A garage in your home means having accessible convenience — for cars, storage, parties or even exercise space. Ultimately, what you do with it is up to you. But here’s a startling statistic most people don’t know: 93% of all residential building fires start in the garage, according to FEMA statistics. There are about 6,600 residential building garage fires every year, resulting in 30 deaths, 400 injuries and $457 million in property loss.
In other words, it’s wise to pay attention to fire safety when it comes to your garage. Here are 5 questions to ask yourself as you fireproof your garage to keep your family safe.
Has Your Wiring Been Inspected by a Professional Electrician?
What’s the most common cause of these garage fires? Hands down, it’s faulty wiring, according to the U.S. Fire Administration. Electrical fires can be particularly dangerous because they can occur spontaneously when no one’s around — while you’re at work, or worse, in the middle of the night when the family’s tucked in snug for the night. And that brings us to our next point.
Are There Smoke and Carbon Monoxide Detectors in Garage with Fresh Batteries?
Most people understand how important it is to have smoke and carbon monoxide detectors installed in their home, including one in each bedroom and hallway, several on each floor, and one in the kitchen. But do you have one installed in the garage and does it have fresh batteries? If a fire starts in the garage when you’re asleep, it can become a raging inferno before it ever reaches the alarms in the kitchen. Make sure your alarms are installed and working in the garage too.
Does Your Garage Have a Sprinkler System?
It’s a good idea to have a sprinkler system installed in your garage — in fact it’s the law throughout California and Sacramento. Make sure it’s connected and working.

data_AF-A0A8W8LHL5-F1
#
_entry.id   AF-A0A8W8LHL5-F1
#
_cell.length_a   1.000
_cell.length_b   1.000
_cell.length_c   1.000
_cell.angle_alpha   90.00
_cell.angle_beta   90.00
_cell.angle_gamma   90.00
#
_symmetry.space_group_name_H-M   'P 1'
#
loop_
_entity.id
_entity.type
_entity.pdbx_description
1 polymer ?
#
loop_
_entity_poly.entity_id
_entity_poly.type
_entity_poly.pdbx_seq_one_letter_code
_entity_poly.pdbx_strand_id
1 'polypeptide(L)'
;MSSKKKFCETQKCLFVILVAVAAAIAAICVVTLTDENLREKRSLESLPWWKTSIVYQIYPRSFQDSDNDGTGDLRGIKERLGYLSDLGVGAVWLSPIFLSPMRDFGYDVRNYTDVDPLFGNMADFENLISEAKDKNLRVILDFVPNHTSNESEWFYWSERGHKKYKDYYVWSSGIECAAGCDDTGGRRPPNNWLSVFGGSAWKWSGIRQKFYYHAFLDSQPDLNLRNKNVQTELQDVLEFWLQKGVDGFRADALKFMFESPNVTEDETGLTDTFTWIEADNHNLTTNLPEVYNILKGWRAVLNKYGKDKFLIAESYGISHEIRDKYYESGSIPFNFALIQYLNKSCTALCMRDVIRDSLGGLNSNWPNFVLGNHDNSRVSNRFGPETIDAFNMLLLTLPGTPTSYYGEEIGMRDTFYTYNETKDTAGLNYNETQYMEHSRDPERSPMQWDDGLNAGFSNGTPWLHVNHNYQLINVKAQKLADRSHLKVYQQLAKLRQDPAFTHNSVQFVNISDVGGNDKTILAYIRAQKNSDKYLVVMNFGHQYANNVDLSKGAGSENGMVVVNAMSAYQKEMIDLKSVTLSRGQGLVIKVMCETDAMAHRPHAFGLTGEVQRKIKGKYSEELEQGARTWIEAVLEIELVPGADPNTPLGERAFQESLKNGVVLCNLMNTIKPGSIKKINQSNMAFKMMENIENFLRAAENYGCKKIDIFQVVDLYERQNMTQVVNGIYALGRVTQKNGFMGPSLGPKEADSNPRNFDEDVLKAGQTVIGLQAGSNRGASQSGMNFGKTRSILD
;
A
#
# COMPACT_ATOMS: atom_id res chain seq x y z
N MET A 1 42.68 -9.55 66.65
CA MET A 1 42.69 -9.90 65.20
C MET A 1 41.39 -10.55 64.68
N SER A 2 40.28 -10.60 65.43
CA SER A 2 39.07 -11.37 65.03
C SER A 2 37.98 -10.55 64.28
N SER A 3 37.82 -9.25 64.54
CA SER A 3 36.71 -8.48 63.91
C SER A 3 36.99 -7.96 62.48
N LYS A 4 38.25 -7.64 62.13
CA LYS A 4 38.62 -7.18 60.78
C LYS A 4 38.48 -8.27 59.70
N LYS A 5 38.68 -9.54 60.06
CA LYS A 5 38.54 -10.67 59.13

How Cluttered is Your Garage?
Have you considered how much of a fire hazard a cluttered garage can be? Stacks of newspaper are unstable and obvious fuel for a fire. Cluttered tools and equipment can also make evacuation and fire suppression more difficult.
Consider storage bins to help organize and tidy your garage. It will make it easier to find things in your garage as well as make it less of a fire hazard.
Are Combustible Materials Stored Properly?
Gas, oil, lighter fluid and paint are combustibles we commonly store in the garage. Improper storage of these materials is a huge fire risk. Flammable vapors and leaked flammable liquids can cause the whole garage to go up in flames.
Store any combustible materials in proper containers that are clearly marked, fire coded, tightly closed, and durable. (If you’ve got these materials stored in plastic soda bottles, it’s time to find a better container!)
Store these materials away from heat sources such as furnaces, electric heaters, appliances, and direct sunlight. A well ventilated storage shed may work best.
Don’t need any of these materials anymore? Take them to a approved recycling or disposal facility. (Don’t just throw them in a trash can.)